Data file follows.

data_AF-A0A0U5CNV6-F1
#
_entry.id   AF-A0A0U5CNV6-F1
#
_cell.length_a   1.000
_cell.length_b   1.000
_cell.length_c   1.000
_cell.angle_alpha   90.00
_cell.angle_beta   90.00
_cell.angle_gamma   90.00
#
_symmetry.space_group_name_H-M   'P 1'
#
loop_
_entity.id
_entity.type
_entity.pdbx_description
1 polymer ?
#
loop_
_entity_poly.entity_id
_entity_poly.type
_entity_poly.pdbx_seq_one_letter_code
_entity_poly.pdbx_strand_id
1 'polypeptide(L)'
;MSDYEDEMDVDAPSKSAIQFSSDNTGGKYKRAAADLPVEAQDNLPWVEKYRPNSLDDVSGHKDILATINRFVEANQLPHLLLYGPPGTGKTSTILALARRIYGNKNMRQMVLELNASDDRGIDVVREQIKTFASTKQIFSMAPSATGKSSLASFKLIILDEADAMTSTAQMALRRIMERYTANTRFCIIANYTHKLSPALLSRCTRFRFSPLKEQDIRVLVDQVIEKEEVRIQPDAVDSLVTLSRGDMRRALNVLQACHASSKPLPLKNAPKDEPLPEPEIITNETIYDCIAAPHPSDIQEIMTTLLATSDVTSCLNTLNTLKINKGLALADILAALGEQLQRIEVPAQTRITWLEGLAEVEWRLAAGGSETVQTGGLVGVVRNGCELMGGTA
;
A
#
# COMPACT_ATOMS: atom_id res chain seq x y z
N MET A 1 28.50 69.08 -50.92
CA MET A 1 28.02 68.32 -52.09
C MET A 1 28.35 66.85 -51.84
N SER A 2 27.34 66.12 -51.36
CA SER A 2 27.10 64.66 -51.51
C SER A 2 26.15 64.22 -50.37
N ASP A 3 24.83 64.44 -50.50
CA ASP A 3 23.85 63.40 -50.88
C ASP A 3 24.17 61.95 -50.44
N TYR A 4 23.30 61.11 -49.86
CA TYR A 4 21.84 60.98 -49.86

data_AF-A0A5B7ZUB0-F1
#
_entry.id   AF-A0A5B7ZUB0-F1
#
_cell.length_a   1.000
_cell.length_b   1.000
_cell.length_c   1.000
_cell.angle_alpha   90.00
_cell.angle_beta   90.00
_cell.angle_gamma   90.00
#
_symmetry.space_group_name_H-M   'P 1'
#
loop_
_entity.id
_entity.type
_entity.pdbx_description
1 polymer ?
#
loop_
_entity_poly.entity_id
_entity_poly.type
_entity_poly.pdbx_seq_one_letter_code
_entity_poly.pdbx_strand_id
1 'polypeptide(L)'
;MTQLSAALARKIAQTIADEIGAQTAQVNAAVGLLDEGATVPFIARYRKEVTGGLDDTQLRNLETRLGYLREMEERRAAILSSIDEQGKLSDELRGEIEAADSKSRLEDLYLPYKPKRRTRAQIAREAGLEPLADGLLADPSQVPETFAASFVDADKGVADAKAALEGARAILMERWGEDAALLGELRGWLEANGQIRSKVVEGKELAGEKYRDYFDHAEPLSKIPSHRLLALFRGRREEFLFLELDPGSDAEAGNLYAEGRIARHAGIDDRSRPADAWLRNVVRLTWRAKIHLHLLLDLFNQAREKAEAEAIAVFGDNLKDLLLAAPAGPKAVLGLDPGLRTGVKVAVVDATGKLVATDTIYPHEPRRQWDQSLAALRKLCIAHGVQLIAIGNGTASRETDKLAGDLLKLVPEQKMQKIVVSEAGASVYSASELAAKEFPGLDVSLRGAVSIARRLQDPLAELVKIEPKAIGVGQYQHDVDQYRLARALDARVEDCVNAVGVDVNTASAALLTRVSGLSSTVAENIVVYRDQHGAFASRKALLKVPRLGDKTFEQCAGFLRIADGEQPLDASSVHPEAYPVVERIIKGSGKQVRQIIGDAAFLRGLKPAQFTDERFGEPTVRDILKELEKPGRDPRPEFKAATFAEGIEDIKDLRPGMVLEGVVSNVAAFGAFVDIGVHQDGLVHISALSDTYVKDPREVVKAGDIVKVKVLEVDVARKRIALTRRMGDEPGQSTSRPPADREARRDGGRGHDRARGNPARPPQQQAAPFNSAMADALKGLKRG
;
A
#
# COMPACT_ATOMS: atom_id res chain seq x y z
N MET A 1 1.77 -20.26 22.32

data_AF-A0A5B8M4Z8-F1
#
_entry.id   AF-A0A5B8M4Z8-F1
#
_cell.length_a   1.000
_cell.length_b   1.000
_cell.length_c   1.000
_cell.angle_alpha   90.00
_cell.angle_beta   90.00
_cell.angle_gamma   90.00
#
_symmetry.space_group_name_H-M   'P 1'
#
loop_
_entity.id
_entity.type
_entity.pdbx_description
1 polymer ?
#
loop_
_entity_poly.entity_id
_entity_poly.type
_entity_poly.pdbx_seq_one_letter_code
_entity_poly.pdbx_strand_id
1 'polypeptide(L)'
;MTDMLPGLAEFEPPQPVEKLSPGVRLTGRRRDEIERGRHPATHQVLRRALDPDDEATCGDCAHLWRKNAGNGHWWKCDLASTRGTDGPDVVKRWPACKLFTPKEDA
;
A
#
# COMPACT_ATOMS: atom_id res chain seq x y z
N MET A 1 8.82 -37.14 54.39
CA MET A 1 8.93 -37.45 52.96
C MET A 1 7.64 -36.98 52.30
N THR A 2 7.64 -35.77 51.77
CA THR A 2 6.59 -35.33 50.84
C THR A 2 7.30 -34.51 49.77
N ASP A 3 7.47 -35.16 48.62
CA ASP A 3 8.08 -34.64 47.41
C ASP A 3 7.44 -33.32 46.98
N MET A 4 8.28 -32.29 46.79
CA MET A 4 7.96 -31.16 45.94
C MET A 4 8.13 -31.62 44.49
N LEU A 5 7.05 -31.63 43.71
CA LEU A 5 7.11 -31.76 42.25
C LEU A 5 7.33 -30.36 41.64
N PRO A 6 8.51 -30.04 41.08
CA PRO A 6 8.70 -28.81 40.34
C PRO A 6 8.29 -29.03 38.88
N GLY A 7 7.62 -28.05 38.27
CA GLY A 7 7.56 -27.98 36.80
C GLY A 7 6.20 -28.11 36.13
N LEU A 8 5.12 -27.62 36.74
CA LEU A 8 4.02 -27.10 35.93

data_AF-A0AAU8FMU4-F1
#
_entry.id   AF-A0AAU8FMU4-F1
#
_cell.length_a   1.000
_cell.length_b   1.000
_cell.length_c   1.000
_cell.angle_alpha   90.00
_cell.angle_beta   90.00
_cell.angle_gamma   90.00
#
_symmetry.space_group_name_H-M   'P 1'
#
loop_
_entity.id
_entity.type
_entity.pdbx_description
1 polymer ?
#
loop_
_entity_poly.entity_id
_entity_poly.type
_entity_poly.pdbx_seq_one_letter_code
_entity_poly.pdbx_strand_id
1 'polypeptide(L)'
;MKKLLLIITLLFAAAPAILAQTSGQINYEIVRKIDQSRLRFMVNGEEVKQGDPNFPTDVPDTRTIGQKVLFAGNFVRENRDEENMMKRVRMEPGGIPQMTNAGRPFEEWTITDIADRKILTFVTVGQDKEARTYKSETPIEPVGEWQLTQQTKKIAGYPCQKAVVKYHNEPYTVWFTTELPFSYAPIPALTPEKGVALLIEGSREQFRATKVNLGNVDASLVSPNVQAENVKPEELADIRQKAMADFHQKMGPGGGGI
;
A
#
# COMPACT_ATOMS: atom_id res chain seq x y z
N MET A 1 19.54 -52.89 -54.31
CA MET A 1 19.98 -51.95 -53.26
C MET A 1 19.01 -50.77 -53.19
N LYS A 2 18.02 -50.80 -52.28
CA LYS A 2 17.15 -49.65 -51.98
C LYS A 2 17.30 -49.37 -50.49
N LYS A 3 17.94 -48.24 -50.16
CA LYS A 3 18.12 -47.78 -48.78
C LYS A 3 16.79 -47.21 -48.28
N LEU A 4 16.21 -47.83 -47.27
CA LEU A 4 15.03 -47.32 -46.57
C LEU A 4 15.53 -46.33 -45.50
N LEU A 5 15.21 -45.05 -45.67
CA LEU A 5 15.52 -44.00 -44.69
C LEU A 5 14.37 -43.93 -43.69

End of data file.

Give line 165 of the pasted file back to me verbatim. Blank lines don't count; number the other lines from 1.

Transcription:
N LEU A 4 16.21 -47.83 -47.27